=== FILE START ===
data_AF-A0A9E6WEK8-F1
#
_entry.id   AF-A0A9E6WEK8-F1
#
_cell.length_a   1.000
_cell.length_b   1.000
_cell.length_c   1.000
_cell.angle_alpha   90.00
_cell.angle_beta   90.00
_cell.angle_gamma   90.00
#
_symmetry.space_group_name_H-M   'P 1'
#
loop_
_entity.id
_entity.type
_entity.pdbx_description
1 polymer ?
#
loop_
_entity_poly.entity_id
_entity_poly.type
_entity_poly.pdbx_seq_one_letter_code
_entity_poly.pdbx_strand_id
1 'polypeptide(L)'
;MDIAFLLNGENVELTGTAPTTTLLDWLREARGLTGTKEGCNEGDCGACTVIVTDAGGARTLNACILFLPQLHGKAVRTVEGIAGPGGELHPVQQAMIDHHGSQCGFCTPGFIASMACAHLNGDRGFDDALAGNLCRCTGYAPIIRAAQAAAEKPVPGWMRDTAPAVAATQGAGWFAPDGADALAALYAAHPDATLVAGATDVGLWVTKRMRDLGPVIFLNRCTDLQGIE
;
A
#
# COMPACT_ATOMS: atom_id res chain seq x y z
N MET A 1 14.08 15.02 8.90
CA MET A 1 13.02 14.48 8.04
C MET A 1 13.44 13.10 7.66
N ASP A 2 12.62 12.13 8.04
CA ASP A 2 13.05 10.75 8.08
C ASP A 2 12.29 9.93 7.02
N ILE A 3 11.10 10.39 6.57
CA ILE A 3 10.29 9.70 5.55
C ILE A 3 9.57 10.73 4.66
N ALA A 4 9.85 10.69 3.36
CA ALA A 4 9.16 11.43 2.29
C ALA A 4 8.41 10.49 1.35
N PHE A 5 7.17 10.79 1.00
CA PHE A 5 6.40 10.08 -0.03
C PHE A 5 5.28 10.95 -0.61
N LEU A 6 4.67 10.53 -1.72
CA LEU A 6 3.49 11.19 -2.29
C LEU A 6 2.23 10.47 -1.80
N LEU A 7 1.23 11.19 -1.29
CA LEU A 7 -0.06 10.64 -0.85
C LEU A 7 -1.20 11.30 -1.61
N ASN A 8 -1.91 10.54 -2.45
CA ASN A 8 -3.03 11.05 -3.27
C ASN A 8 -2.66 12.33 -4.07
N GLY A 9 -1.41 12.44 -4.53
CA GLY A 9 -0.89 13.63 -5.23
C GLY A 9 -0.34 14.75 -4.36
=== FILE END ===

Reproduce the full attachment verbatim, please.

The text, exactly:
data_AF-A0A9E6WEK8-F1
#
_entry.id   AF-A0A9E6WEK8-F1
#
_cell.length_a   1.000
_cell.length_b   1.000
_cell.length_c   1.000
_cell.angle_alpha   90.00
_cell.angle_beta   90.00
_cell.angle_gamma   90.00
#
_symmetry.space_group_name_H-M   'P 1'
#
loop_
_entity.id
_entity.type
_entity.pdbx_description
1 polymer ?
#
loop_
_entity_poly.entity_id
_entity_poly.type
_entity_poly.pdbx_seq_one_letter_code
_entity_poly.pdbx_strand_id
1 'polypeptide(L)'
;MDIAFLLNGENVELTGTAPTTTLLDWLREARGLTGTKEGCNEGDCGACTVIVTDAGGARTLNACILFLPQLHGKAVRTVEGIAGPGGELHPVQQAMIDHHGSQCGFCTPGFIASMACAHLNGDRGFDDALAGNLCRCTGYAPIIRAAQAAAEKPVPGWMRDTAPAVAATQGAGWFAPDGADALAALYAAHPDATLVAGATDVGLWVTKRMRDLGPVIFLNRCTDLQGIE
;
A
#
# COMPACT_ATOMS: atom_id res chain seq x y z
N MET A 1 14.08 15.02 8.90
CA MET A 1 13.02 14.48 8.04
C MET A 1 13.44 13.10 7.66
N ASP A 2 12.62 12.13 8.04
CA ASP A 2 13.05 10.75 8.08
C ASP A 2 12.29 9.93 7.02
N ILE A 3 11.10 10.39 6.57
CA ILE A 3 10.29 9.70 5.55
C ILE A 3 9.57 10.73 4.66
N ALA A 4 9.85 10.69 3.36
CA ALA A 4 9.16 11.43 2.29
C ALA A 4 8.41 10.49 1.35
N PHE A 5 7.17 10.79 1.00
CA PHE A 5 6.40 10.08 -0.03
C PHE A 5 5.28 10.95 -0.61
N LEU A 6 4.67 10.53 -1.72
CA LEU A 6 3.49 11.19 -2.29
C LEU A 6 2.23 10.47 -1.80
N LEU A 7 1.23 11.19 -1.29
CA LEU A 7 -0.06 10.64 -0.85
C LEU A 7 -1.20 11.30 -1.61
N ASN A 8 -1.91 10.54 -2.45
CA ASN A 8 -3.03 11.05 -3.27
C ASN A 8 -2.66 12.33 -4.07
N GLY A 9 -1.41 12.44 -4.53
CA GLY A 9 -0.89 13.63 -5.23
C GLY A 9 -0.34 14.75 -4.36